Binary stars are common in our galaxy. In fact, singleton star systems like ours make up only 15% of the systems in the Milky Way. In the 1970s, astronomers Kip Thorne and Anna Żytkow, imagined what might happen if a neutron star in a binary system merged with its partner, a red supergiant. Recently, a real example of this strange star-within-a-star, known as a Thorne–Żytkow object (TZO), appears to have been spotted. (Preprint.)
The cosmos is also within us, we're made of star-stuff. We are a way for the cosmos, to know itself.
Cosmos: A Personal Voyage is a thirteen-part television series of one hour shows written by Carl Sagan, Ann Druyan, and Steven Soter, that was aired at the tail end of 1980 and was - at the time - the most widely watched series in the history of American public television. It is best introduced by an audio excerpt of one of his books, The Pale Blue Dot. Inside is a complete annotated collection of the series. [more inside]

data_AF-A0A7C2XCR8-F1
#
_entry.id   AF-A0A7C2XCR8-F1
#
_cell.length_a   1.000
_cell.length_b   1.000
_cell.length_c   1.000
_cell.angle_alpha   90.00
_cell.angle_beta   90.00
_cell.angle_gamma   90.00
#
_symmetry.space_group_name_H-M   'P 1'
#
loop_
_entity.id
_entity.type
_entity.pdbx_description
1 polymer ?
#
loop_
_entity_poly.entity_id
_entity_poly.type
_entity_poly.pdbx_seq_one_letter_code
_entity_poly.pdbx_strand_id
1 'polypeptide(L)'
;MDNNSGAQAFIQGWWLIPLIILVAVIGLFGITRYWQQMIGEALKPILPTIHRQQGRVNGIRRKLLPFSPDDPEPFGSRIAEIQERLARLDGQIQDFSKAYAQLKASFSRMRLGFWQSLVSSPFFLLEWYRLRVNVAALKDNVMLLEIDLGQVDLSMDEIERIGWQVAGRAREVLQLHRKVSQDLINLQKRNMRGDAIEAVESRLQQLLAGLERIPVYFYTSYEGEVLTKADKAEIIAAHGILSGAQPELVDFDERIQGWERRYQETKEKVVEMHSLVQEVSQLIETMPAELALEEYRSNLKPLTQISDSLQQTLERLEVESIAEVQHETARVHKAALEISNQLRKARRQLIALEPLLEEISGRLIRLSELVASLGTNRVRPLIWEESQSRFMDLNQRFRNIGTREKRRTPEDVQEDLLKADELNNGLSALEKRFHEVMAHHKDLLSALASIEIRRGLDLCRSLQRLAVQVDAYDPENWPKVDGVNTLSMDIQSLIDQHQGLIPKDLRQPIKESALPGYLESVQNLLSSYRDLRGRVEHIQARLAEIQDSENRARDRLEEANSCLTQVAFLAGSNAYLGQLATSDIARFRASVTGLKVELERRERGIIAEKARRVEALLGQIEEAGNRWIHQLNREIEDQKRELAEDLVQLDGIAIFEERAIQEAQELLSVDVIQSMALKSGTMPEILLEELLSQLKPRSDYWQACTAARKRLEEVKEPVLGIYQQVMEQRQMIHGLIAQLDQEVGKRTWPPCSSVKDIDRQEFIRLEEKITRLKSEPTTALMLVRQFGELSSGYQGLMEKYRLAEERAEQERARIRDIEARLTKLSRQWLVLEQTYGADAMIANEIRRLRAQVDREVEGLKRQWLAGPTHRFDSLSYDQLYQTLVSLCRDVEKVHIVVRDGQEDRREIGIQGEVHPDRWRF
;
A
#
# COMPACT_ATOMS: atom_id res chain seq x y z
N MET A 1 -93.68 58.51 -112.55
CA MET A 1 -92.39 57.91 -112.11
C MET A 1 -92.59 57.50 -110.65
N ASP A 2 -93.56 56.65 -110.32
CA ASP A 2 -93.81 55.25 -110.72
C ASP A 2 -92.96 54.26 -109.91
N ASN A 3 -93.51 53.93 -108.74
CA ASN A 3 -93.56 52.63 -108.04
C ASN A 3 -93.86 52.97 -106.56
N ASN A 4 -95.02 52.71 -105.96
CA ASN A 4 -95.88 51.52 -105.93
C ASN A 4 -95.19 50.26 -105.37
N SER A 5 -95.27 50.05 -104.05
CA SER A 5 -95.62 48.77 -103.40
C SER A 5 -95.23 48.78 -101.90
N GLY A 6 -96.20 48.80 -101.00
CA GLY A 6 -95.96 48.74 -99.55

We have about 4 billion years left until our planet is going to be destroyed. If a meteor doesn't smash us in first, over the next 250 million years the continents will continue drifting to form another pangea. If we're all still friends having survived the climate change and each other, we'll be roasted by the expanding red giant after our sun exhausts its interior hydrogen supply. In about 5.5 billion years time the helium left in the core will get hot and dense enough to burn, flaring up in a massive helium flash engulfing what remains of the solar system. When the helium core is gone, hydrogen in the outermost layers will drift off to form a ring nebula, leaving in the middle a bright white dwarf star that will slowly cool down into a cold, dense black dwarf: a silent and forgotten fossil, floating through infinite space. In other news: cats are funny! hahahahaha!